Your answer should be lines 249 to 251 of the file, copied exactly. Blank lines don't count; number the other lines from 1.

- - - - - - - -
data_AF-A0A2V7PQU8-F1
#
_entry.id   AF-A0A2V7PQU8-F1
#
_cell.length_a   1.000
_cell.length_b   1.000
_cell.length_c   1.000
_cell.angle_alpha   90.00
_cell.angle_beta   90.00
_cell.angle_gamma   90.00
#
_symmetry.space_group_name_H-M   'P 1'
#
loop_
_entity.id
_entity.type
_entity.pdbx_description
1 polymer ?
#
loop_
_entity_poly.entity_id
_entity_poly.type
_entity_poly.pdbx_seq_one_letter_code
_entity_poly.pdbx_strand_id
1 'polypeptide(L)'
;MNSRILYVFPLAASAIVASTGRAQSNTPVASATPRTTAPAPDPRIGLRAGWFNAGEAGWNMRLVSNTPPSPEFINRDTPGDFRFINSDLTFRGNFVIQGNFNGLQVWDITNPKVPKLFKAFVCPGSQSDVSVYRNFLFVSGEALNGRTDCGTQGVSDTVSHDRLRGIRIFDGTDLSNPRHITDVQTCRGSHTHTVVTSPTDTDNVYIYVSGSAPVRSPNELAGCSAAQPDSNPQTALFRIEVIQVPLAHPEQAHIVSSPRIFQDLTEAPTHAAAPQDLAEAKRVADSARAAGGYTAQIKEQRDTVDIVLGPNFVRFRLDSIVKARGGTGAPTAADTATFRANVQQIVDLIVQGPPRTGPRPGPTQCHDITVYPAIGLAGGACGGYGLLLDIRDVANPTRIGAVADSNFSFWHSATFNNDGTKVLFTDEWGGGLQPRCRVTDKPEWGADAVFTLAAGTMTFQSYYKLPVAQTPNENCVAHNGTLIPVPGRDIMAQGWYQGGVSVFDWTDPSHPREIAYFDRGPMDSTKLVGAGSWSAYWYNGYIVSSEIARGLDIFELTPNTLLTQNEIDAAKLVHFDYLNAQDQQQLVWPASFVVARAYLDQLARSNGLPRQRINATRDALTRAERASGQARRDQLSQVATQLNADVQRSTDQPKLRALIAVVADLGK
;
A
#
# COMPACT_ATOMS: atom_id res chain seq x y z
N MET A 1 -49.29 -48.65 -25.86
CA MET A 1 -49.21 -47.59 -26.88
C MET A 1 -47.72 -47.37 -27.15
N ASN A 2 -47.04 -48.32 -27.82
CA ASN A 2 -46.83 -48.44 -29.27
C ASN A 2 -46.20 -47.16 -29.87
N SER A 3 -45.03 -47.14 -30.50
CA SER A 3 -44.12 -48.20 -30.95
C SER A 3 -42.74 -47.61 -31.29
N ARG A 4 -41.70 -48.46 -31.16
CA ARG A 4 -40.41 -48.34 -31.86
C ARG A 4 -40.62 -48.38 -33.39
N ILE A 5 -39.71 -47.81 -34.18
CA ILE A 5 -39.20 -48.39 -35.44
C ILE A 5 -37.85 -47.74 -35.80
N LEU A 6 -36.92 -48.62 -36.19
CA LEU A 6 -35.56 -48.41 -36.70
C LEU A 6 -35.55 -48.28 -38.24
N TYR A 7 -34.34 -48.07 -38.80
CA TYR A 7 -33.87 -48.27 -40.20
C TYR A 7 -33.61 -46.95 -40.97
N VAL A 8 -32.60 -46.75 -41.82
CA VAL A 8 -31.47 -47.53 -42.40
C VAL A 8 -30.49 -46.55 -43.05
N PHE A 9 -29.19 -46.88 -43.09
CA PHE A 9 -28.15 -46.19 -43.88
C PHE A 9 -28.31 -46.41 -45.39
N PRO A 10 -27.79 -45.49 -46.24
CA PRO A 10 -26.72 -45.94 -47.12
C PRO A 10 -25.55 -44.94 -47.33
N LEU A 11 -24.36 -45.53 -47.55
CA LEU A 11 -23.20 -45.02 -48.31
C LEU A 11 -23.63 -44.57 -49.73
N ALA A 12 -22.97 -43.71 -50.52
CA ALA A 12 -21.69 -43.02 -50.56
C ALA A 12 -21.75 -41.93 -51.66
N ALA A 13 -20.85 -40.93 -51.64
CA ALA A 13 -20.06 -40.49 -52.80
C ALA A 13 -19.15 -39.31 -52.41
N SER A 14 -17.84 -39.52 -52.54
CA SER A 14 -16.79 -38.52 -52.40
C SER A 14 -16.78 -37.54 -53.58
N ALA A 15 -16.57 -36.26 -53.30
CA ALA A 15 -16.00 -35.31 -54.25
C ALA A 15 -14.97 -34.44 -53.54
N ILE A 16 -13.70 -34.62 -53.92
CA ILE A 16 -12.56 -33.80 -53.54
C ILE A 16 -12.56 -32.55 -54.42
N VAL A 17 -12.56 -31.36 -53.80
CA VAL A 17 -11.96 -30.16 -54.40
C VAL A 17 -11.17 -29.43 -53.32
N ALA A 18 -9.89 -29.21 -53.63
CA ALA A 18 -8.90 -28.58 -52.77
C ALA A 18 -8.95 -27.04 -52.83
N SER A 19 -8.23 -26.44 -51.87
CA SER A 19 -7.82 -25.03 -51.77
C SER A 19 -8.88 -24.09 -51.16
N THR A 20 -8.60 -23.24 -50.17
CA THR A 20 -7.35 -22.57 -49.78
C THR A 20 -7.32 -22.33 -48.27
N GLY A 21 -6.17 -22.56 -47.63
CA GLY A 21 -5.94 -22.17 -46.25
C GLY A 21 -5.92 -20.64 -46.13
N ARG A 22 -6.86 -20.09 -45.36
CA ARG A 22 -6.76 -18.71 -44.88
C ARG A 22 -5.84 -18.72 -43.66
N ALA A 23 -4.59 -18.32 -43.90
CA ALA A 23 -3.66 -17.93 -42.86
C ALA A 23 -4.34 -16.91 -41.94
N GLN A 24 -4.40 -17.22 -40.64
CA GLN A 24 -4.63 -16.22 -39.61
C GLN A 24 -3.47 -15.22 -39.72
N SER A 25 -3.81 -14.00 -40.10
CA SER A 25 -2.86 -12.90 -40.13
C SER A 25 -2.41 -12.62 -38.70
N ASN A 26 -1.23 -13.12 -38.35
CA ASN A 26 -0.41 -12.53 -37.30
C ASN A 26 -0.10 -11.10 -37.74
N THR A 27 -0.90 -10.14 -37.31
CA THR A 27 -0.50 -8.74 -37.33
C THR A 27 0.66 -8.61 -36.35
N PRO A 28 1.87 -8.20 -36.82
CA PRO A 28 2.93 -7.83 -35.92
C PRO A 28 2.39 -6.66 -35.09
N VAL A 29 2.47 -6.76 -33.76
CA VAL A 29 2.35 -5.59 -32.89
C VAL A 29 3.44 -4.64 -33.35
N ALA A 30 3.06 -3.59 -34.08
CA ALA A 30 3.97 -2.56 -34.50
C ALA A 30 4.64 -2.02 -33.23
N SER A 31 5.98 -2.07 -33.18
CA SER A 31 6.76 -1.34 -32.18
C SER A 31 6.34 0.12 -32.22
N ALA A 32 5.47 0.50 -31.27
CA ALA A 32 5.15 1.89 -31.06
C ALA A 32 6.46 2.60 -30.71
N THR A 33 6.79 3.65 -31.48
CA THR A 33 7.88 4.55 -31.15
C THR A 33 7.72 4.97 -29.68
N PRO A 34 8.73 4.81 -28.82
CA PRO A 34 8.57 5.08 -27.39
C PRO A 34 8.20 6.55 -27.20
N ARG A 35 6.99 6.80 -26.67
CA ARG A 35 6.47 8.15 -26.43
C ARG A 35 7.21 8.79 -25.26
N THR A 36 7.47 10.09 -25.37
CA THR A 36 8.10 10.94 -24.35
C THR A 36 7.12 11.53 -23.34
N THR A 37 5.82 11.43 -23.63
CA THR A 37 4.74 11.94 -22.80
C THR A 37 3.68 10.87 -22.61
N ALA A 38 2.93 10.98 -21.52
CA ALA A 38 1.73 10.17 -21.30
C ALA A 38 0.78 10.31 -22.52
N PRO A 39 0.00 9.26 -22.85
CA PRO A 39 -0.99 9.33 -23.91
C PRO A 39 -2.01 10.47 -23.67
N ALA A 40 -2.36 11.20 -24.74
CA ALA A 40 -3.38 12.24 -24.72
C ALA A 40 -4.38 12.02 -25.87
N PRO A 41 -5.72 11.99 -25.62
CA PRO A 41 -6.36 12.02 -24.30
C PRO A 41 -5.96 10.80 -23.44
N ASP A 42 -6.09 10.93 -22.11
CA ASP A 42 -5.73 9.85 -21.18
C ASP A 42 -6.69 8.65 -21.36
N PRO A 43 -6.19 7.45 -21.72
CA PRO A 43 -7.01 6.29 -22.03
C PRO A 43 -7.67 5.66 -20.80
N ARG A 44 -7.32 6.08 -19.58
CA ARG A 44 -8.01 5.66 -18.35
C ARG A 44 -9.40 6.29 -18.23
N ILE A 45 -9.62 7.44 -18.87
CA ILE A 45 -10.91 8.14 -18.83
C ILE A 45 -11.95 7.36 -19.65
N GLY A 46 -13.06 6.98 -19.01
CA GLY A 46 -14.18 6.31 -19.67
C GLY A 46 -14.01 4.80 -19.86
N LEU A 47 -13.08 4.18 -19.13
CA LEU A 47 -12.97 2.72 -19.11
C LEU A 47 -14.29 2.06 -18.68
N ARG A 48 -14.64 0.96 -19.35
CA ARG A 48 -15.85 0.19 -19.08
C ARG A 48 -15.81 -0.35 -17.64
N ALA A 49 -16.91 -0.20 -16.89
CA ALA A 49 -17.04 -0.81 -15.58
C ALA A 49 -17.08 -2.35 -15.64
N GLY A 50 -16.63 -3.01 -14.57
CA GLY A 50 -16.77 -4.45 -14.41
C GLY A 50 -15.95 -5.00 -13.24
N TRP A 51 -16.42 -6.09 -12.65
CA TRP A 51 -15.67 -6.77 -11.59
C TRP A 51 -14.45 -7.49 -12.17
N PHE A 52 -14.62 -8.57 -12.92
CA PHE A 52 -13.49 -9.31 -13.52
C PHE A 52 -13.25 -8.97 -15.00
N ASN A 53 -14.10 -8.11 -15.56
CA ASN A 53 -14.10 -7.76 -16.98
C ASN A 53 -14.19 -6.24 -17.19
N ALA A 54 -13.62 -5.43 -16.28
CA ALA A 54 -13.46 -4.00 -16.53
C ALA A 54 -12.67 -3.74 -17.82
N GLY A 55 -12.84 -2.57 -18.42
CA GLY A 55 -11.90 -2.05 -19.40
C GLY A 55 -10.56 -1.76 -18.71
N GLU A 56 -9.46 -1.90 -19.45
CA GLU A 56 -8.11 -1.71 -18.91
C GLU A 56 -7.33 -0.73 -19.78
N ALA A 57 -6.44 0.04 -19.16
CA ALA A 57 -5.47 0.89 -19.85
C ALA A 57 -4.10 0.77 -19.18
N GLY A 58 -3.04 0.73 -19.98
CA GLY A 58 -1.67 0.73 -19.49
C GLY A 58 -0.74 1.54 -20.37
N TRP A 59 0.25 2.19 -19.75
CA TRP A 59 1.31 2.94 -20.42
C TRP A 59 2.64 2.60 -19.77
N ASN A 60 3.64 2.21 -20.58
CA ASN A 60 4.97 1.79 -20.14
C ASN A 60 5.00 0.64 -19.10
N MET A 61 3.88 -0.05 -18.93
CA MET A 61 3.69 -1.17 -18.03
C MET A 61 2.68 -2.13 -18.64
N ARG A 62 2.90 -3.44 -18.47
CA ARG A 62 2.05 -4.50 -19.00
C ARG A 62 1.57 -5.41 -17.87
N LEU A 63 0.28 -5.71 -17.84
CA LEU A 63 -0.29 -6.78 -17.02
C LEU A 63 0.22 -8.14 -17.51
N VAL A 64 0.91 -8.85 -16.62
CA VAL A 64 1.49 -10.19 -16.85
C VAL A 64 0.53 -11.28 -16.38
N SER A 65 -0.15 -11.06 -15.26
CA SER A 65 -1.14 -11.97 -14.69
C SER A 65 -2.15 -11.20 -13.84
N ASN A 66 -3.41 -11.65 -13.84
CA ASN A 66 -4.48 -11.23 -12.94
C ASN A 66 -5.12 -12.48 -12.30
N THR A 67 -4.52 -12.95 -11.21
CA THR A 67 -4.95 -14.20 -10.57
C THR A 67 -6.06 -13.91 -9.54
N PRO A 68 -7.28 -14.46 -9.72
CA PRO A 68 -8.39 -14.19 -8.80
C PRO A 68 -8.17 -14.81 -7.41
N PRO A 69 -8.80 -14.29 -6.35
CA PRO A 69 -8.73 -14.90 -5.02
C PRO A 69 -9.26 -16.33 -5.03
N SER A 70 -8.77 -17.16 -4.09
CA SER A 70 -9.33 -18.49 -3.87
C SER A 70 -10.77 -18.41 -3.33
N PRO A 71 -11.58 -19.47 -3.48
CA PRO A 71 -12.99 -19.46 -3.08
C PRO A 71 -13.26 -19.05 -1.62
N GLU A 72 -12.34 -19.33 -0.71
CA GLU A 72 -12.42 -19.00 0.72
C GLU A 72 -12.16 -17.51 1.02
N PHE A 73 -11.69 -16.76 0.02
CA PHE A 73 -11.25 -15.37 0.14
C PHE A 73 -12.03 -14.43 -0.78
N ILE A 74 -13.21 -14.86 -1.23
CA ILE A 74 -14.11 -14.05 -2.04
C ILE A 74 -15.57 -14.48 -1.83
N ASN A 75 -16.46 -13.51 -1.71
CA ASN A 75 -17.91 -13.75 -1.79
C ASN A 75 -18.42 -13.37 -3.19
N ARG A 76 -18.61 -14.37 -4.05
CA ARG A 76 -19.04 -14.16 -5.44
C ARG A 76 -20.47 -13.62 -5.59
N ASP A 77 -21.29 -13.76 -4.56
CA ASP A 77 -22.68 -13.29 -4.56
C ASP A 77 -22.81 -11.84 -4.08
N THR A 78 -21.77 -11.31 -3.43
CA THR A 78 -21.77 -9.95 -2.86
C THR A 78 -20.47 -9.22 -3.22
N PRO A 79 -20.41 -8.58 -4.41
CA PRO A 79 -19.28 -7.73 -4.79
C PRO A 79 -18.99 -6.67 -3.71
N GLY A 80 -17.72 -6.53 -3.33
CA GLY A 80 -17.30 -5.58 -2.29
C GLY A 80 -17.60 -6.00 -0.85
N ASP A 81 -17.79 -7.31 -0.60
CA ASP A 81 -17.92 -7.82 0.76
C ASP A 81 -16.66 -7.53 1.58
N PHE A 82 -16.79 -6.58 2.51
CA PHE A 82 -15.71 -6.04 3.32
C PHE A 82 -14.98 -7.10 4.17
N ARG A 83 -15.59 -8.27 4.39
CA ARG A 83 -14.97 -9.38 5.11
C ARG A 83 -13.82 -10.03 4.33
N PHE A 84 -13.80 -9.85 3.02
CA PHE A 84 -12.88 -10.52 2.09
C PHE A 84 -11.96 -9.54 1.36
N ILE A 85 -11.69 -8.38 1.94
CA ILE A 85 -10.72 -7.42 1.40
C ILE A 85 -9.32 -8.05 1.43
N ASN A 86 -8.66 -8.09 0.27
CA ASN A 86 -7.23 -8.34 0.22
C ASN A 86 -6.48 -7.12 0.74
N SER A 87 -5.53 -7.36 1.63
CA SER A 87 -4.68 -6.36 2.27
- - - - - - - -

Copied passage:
C PHE A 73 -12.03 -14.43 -0.78
N ILE A 74 -13.21 -14.86 -1.23
CA ILE A 74 -14.11 -14.05 -2.04